You need to improve the way that IT delivers. You see IT service management (ITSM) as the way forward. But there’s a problem. ITSM is an investment, a change of culture, and a significant challenge to make it work really well. So how do you convince senior IT and business leaders that ITSM, and specifically ITIL guidance, are worth the time, effort, and money? Yes, there are formal business case approaches that are necessary, but the first job is to win hearts and minds.
Some Personal Examples of This
A few years ago, waiting to meet a senior IT manager to discuss an ITSM project, a member of the manager’s staff took me aside and said: “Whatever you do, don’t mention ITIL.” So, quite a challenge.
Apparently, it was OK to refer to “ITSM”, but not ITIL itself.
“Too many negative vibes around ITIL,” I was told. “Too much bureaucracy.”
Then a few months ago, I heard a senior technical manager – in the midst of a major, multi-million-dollar ITSM deployment program, mind you – loudly announce in an open office:
“I f***ing hate ITIL.”
The Root Causes of Such Feelings About ITIL Guidance
So what exactly is going on here? What are the underlying beliefs, emotions, or misinformation causing these attitudes and behaviors?
There are two things to consider: perceptions and facts. The perceptions of ITIL guidance are often negative, sometimes irrational, and occasionally valid. On the other hand, the facts about the huge changes in today’s IT industry seem to be undeniable. I want to talk about both areas, in this blog, to understand how we can reframe the ITIL conversation, and answer the crucial question:
“What problem does ITIL solve?”
Some Negative Perceptions of ITIL Guidance
It’s quite easy to create a list:
- ITIL is too bureaucratic
- ITIL is too difficult to adopt
- ITIL is too expensive to adopt
- ITIL training is too expensive
- ITIL is too complex
- ITIL is too restrictive – people know best, let them get on with their jobs
- ITIL slows us down
- ITIL is no longer relevant.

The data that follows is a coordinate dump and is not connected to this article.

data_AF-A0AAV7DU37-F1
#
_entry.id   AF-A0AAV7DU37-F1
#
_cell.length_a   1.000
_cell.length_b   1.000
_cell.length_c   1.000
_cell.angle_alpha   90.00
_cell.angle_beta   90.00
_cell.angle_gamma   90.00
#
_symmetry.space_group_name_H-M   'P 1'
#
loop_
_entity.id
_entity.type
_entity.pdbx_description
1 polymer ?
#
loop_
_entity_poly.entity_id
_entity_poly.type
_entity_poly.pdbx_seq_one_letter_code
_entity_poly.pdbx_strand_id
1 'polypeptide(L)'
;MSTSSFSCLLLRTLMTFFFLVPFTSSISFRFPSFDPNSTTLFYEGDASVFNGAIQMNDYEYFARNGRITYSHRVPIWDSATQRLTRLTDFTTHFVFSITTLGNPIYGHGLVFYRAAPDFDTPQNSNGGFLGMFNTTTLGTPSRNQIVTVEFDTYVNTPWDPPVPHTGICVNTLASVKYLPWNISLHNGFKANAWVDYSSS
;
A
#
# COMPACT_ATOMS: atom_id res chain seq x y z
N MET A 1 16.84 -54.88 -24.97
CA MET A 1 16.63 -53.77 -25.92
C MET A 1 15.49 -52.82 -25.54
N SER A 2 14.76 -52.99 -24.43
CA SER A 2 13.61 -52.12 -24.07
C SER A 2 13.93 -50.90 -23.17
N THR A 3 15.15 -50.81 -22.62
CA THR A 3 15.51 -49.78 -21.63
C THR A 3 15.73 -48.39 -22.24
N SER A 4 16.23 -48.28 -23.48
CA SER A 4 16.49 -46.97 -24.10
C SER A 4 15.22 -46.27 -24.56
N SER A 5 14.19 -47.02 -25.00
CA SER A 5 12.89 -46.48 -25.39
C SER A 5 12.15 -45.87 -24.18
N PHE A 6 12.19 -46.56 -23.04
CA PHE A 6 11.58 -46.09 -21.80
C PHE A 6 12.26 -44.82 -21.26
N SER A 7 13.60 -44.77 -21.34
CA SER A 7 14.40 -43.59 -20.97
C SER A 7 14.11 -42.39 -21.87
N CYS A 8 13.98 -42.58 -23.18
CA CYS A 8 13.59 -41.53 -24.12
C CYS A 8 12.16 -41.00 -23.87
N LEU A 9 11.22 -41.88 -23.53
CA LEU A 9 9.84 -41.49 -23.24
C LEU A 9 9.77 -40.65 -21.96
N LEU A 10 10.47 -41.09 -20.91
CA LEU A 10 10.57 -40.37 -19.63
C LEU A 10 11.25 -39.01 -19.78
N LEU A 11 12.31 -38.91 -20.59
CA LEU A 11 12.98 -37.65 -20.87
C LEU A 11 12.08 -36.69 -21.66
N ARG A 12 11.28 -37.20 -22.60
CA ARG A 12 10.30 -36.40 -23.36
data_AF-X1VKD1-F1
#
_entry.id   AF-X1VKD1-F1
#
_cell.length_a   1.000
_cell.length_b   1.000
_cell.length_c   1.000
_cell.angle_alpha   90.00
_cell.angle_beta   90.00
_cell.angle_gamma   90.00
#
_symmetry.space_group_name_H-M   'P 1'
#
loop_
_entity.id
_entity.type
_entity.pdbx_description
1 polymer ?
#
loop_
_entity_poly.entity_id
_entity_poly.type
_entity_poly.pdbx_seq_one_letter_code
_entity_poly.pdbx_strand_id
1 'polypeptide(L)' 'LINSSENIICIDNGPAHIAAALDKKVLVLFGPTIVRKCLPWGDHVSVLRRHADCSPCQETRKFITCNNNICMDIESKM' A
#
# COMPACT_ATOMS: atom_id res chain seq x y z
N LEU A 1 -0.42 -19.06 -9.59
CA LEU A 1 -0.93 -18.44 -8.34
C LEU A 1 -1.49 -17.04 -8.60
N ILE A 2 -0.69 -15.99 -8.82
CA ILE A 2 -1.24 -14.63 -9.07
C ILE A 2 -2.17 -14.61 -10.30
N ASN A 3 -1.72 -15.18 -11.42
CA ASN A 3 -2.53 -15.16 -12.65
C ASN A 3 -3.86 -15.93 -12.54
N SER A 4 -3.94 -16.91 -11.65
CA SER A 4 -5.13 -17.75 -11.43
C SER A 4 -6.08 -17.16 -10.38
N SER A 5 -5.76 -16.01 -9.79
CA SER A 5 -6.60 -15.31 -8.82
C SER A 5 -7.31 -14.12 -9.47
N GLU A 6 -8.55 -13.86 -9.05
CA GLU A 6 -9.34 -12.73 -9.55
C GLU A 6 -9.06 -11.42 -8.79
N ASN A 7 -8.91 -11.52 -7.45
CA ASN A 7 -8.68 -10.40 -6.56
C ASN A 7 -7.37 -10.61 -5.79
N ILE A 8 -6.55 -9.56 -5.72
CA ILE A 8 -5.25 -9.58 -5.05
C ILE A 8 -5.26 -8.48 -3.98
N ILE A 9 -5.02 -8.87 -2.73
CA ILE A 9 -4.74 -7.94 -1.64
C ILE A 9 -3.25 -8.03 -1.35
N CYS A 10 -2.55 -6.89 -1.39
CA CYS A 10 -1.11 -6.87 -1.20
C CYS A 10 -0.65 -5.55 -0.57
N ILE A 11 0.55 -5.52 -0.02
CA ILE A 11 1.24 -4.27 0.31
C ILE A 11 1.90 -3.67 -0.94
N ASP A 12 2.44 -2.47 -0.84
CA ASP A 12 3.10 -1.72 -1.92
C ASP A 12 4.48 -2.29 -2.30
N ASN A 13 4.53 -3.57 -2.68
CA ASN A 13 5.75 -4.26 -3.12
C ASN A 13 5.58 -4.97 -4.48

The final point, about relevancy, leads us to the facts about developments in IT. Does ITIL meet the challenges of today’s IT industry? Let’s consider some of the questions that are hanging in the air and which need to be answered…
Industry Developments Impacting ITIL Guidance
There are many questions that can be posed in relation to ITIL’s ongoing validity, for instance:
- Is ITSM still applicable given XaaS, software defined infrastructure, and rapid cloud-based provisioning? Don’t these things invalidate huge swathes of ITIL guidance?
- Are ITIL change and release management hopelessly inadequate in the face of XaaS?
- Is availability management someone else’s problem in a cloud model?
- Doesn’t financial management of IT increasingly become just a sub-process of supplier management?
- Isn’t waterfall software development synonymous with ITIL guidance, and isn’t it impossible for ITIL to coexist with Agile development?
- Doesn’t DevOps make ITIL redundant?
- Don’t rapidly developing technologies such as the Internet of Things (IoT), artificial intelligence (AI), and massive data sets further increase ITIL’s lack of relevance?
You can probably add to this list, but hopefully you get my gist. I don’t intend to answer each point separately – every question could easily be a blog in itself.
Instead, I want to answer a meta-question:
What problem does ITIL guidance solve?
If we can answer this question, we have a basis from which to proceed, a framework within which negative perceptions can be challenged, and a general approach for relating ITIL to any specific new and emerging technologies.
I eventually came to the format of the question via an article called “What Problem does Business Process Management Solve?” by Emma Harris. And the main point I took away from Emma’s article is this: we should be able to explain any framework, approach, or plan (all of which have a financial and opportunity cost) to senior business leaders and others in clear, jargon-free language. If we cannot explain the problem that ITIL guidance solves, of what use is it? Why should an organization invest in it?